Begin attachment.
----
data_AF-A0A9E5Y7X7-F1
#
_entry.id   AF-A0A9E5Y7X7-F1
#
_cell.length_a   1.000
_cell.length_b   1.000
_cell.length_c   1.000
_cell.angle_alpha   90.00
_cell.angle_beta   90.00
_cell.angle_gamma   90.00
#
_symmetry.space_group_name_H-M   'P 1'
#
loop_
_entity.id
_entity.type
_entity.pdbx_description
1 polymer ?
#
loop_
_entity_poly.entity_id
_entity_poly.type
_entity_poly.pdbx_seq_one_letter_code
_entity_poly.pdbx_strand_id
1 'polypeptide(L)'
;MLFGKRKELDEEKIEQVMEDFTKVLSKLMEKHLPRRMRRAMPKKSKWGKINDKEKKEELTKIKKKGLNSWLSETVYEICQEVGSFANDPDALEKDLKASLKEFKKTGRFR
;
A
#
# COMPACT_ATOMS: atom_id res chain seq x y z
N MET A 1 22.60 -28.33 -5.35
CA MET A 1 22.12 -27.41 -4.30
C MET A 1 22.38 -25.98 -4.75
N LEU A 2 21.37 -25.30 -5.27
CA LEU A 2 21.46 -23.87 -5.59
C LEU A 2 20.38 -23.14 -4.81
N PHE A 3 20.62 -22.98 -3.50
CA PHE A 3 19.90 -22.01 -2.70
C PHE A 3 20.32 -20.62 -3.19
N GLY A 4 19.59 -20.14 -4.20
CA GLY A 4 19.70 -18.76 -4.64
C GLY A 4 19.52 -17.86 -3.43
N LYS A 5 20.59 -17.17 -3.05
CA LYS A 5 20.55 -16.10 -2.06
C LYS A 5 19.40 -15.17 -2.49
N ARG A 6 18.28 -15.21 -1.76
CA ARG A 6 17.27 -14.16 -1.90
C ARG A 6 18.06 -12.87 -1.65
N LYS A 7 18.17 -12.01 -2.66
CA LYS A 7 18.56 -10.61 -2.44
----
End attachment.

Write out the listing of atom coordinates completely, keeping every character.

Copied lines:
data_AF-A0A9E5Y7X7-F1
#
_entry.id   AF-A0A9E5Y7X7-F1
#
_cell.length_a   1.000
_cell.length_b   1.000
_cell.length_c   1.000
_cell.angle_alpha   90.00
_cell.angle_beta   90.00
_cell.angle_gamma   90.00
#
_symmetry.space_group_name_H-M   'P 1'
#
loop_
_entity.id
_entity.type
_entity.pdbx_description
1 polymer ?
#
loop_
_entity_poly.entity_id
_entity_poly.type
_entity_poly.pdbx_seq_one_letter_code
_entity_poly.pdbx_strand_id
1 'polypeptide(L)'
;MLFGKRKELDEEKIEQVMEDFTKVLSKLMEKHLPRRMRRAMPKKSKWGKINDKEKKEELTKIKKKGLNSWLSETVYEICQEVGSFANDPDALEKDLKASLKEFKKTGRFR
;
A
#
# COMPACT_ATOMS: atom_id res chain seq x y z
N MET A 1 22.60 -28.33 -5.35
CA MET A 1 22.12 -27.41 -4.30
C MET A 1 22.38 -25.98 -4.75
N LEU A 2 21.37 -25.30 -5.27
CA LEU A 2 21.46 -23.87 -5.59
C LEU A 2 20.38 -23.14 -4.81
N PHE A 3 20.62 -22.98 -3.50
CA PHE A 3 19.90 -22.01 -2.70
C PHE A 3 20.32 -20.62 -3.19
N GLY A 4 19.59 -20.14 -4.20
CA GLY A 4 19.70 -18.76 -4.64
C GLY A 4 19.52 -17.86 -3.43
N LYS A 5 20.59 -17.17 -3.05
CA LYS A 5 20.55 -16.10 -2.06
C LYS A 5 19.40 -15.17 -2.49
N ARG A 6 18.28 -15.21 -1.76
CA ARG A 6 17.27 -14.16 -1.90
C ARG A 6 18.06 -12.87 -1.65
N LYS A 7 18.17 -12.01 -2.66
CA LYS A 7 18.56 -10.61 -2.44